Michael Bublé believes great music and humour are a perfect pair

Michael Bublé believes great music and humour are a perfect pair

The king of croon might sound suave and sophisticated on his recordings, but get him on stage and he suddenly transforms into a lovable goofball, writes Melanie Leung

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Calm, cool and collected. crooner Michael Bublé will crack you up.
Calm, cool and collected. crooner Michael Bublé will crack you up.
Photo: Warwick Saint

Michael Bublé may be a happily married, proud father, but on stage he's still the mischievous romancer who ruthlessly pokes fun at his band, the audience - and himself. Looking sleek in a tux and bowtie at the Asia-World Expo on Wednesday, he boasted of buying "a real Prada bag" for just HK$100 at the Ladies Market from "stupid vendors".

In stark contrast to his classy crooning, Bublé is hyperactive on stage, grabbing a fan's phone and recording himself. He's talkative, blunt and endearing at the same time, and even as you crack up at his jokes you wonder if he's getting himself into trouble.

But Bublé's an old hand at being funny. The 39-year-old Canadian spent 10 years playing in restaurants and bars where people cared more about their food than his singing, and he'd use humour to catch their attention.

A son to a salmon fisherman, Bublé wanted to be a singer since he was two years old. Raised in a Catholic family, he slept with a Bible and prayed every night that he'd fulfil his dream.

His grandfather introduced him to jazz music and paid for his vocal lessons, and he began singing in nightclubs when he was 16. He released his self-titled debut album in 2003, at the age of 28, with songs including Fever, which he used to open his concert in Hong Kong. The album reached number eight in Canada and number one in Australia, and won him the Juno award (the Canadian equivalent of the Grammy) for Best New Artist.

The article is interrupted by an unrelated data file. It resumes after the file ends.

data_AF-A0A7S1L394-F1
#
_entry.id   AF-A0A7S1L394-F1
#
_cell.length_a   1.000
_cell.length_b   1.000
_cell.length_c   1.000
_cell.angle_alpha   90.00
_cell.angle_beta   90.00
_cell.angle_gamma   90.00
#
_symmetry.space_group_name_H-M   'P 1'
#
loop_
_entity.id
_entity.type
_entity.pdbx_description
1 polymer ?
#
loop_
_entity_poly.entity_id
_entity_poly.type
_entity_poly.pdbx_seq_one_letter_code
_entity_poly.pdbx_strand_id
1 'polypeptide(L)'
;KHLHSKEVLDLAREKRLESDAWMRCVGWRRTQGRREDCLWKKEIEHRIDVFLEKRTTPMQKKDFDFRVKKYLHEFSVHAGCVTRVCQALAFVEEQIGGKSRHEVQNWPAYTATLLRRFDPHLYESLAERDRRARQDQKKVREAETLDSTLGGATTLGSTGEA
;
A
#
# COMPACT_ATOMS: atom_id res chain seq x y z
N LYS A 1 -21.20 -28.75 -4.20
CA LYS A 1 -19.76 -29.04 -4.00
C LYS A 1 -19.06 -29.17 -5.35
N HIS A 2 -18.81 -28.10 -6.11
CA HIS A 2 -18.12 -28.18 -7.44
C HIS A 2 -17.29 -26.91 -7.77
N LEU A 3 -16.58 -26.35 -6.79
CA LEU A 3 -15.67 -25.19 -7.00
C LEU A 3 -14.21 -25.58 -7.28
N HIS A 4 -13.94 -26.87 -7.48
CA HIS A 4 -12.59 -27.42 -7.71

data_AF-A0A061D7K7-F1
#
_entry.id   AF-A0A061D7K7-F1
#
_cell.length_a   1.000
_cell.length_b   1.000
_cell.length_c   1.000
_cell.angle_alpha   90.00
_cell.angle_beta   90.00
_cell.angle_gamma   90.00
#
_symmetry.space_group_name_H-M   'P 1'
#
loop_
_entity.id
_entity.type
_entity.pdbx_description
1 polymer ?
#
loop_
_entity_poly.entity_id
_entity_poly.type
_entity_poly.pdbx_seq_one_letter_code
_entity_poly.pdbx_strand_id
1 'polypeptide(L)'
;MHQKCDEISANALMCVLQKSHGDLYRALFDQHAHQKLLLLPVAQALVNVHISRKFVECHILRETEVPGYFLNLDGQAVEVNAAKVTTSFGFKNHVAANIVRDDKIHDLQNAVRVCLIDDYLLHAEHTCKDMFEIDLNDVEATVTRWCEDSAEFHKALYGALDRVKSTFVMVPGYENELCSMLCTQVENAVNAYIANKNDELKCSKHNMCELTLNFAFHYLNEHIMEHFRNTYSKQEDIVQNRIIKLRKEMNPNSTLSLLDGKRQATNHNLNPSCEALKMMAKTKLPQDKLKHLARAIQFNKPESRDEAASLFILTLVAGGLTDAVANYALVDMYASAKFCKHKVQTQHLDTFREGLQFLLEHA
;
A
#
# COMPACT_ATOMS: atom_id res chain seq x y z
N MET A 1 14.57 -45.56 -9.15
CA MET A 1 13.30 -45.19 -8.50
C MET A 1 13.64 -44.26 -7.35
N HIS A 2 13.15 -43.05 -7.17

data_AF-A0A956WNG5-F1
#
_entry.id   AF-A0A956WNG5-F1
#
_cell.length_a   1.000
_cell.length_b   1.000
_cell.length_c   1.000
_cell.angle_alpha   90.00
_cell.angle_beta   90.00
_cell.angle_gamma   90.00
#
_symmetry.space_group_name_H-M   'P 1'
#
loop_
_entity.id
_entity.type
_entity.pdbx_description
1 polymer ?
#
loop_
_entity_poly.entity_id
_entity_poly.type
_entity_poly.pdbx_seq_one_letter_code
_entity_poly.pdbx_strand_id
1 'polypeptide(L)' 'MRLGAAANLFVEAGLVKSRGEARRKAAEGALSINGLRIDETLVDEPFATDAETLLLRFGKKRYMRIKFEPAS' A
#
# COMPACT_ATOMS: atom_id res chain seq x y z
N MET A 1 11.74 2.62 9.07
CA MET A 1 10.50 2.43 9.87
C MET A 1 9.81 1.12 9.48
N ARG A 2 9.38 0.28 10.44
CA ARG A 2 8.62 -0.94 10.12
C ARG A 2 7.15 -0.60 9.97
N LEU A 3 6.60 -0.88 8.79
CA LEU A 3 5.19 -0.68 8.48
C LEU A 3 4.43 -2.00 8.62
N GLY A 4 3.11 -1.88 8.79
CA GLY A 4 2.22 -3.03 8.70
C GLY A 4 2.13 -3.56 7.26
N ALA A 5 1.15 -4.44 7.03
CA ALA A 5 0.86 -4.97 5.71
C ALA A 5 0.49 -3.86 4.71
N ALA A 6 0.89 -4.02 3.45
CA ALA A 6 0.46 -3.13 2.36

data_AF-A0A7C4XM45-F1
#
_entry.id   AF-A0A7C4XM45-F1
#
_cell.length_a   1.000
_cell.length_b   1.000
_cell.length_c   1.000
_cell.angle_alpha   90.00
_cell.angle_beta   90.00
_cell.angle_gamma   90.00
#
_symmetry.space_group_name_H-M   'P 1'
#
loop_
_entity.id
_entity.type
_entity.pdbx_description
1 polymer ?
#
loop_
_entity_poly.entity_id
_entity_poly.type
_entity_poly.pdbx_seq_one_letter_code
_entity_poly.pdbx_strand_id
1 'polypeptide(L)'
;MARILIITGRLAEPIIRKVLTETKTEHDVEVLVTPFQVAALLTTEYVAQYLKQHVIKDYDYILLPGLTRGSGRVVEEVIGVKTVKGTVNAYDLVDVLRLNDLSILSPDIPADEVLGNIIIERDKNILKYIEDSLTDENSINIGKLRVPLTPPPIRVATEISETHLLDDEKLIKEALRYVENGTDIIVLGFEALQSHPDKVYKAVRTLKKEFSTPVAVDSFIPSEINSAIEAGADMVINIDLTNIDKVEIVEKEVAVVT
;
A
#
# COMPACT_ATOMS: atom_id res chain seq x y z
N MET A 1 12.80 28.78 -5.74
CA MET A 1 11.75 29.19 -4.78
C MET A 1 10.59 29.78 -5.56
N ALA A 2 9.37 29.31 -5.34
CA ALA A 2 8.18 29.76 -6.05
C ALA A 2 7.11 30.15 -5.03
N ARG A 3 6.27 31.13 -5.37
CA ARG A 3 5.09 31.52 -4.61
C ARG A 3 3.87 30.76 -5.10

Now with four Grammys and six albums under his belt, Bublé hasn't forgotten how tough it was to succeed. Several years ago, a woman approached him during a concert and told him her 15-year-old son loved to sing. Bublé decided to give him a chance. "You know what, come up here for a moment, because I remember being your age," he said. The crowd was stunned by Sam Hollyman's deep voice, and in his excitement Bublé lifted him up and made him sing an impromptu duet of Feeling Good with him. "I got another four years before Sam wins The X Factor and drives my career to the pavement," Bublé later joked.

 

He shouldn't worry. His velvety crooning has earned him comparisons to jazz icon Frank Sinatra, but Bublé still wants to prove that he is more. "I want to sing songs from all different genres. I want to take changes and keep growing," he told SCMP's 48 Hours. "My musicians and I are pretty confident in our musical abilities and we go for it."

From classics such as Otis Redding's Try a Little Tenderness and the BeeGees' How Can You Mend a Broken Heart to the more recent Get Lucky by Daft Punk, Bublé pulls them all off with flair. He even did a Motown medley with Naturally 7, his talented a cappella opening act.

But, Bublé always brings it back to the humour.

Introducing one song as a "family standard" and the song to which his grandparents had their first dance on their wedding night, the audience hushed as Bublé doubled over, seemingly with emotion - then burst into Backstreet Boys' Everybody.

This article appeared in the Young Post print edition as
Bublé's bubbling banter

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